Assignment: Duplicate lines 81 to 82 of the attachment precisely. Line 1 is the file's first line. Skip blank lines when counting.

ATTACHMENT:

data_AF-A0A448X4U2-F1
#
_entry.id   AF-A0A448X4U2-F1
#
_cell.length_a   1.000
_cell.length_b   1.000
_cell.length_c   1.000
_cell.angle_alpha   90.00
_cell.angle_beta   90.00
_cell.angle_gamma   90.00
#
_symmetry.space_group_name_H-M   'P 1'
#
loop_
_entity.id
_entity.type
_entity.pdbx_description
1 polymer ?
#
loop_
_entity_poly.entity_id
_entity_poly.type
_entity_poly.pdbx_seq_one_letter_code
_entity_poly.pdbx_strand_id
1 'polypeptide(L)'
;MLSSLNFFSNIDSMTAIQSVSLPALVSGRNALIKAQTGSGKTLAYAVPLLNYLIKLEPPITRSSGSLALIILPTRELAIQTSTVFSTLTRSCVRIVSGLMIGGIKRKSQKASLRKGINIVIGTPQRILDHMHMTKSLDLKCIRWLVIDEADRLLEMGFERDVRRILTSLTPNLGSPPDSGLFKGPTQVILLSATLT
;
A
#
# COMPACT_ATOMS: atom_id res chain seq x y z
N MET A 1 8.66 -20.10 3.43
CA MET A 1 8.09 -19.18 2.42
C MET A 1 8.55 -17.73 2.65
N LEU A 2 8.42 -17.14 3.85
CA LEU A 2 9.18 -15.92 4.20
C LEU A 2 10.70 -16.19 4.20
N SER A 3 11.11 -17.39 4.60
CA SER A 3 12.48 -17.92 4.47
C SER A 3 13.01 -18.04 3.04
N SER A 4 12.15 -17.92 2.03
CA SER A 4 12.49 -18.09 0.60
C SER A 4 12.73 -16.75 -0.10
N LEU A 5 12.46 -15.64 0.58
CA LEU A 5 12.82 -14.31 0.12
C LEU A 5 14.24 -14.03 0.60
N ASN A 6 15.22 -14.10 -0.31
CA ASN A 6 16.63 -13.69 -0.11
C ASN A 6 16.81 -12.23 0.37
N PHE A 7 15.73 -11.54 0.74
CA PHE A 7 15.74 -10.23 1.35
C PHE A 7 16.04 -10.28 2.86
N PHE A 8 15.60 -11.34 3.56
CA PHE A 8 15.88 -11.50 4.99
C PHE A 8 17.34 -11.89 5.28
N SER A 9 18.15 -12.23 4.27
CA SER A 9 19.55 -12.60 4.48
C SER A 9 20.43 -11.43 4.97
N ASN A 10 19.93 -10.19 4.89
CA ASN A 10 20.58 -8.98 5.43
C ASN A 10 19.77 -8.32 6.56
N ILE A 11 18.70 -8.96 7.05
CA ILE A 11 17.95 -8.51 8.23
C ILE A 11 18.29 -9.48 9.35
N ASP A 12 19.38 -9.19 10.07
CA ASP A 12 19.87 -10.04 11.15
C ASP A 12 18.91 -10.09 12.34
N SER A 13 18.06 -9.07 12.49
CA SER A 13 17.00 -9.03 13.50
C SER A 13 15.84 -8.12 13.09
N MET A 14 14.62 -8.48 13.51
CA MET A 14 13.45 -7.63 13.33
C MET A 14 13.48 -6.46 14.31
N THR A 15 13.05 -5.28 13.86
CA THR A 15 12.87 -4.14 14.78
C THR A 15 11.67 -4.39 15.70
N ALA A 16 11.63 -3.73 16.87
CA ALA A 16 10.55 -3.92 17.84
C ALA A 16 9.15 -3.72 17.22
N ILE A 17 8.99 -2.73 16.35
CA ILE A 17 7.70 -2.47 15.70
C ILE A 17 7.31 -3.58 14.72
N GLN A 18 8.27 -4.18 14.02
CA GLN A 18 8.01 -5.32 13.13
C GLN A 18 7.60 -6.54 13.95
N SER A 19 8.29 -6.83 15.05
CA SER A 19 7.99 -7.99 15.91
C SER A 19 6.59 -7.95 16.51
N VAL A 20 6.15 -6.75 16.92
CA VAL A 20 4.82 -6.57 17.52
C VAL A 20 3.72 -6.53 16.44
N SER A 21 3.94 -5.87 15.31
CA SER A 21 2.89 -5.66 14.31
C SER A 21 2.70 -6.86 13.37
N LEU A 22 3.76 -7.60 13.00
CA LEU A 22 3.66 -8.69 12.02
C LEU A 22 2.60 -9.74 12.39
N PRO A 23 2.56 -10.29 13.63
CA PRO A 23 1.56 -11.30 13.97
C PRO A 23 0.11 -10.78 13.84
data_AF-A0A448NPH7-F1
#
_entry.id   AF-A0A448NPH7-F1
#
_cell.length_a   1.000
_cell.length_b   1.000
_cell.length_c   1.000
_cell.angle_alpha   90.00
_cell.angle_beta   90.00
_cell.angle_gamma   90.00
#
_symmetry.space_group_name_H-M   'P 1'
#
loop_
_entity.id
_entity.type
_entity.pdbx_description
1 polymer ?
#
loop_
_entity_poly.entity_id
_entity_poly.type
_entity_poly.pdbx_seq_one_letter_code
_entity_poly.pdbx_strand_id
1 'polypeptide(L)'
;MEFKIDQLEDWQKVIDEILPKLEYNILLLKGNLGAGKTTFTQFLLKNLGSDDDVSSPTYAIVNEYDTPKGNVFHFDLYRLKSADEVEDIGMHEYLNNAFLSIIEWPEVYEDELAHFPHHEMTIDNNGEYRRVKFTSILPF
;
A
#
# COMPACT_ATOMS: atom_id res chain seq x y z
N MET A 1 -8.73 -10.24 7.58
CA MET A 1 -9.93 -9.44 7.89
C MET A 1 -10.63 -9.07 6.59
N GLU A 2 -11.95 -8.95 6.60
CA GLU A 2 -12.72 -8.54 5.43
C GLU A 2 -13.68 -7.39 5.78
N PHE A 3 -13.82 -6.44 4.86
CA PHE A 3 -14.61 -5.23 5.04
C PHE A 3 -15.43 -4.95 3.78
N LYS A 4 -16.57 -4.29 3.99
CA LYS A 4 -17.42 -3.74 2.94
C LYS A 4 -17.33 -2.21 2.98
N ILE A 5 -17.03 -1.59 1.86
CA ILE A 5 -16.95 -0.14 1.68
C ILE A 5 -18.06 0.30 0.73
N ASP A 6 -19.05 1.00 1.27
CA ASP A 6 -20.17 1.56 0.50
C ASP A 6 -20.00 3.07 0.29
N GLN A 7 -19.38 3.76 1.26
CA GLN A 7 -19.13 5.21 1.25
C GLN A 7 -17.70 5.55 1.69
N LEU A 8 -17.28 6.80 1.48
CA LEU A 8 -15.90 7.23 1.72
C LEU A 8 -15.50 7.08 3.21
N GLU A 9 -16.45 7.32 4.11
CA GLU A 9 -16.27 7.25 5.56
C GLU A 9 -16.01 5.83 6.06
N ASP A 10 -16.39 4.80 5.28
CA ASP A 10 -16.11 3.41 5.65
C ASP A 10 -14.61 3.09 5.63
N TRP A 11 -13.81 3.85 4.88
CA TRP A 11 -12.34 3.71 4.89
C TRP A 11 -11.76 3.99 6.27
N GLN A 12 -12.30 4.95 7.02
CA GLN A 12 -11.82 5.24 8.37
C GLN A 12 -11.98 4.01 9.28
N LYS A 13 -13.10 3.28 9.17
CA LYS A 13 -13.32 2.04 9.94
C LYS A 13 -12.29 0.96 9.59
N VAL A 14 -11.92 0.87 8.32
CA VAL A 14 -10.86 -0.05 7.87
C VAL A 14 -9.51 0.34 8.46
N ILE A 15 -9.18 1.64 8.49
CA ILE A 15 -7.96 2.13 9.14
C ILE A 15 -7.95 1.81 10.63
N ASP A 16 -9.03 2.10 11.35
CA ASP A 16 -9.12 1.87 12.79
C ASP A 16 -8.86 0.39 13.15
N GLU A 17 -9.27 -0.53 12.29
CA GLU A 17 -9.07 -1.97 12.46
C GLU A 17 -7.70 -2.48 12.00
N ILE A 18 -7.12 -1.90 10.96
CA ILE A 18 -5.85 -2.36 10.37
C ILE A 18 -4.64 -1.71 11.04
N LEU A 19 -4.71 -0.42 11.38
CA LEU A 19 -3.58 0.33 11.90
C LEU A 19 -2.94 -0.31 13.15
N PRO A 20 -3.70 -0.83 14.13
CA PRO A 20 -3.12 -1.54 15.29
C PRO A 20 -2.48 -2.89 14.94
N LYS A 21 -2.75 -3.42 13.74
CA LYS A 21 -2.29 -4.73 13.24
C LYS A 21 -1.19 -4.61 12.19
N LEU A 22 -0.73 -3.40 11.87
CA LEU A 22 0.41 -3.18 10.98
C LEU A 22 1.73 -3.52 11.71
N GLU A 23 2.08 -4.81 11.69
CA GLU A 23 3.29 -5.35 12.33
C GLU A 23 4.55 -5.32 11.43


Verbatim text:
C ILE A 17 7.31 -3.58 14.72
N GLN A 18 8.27 -4.18 14.02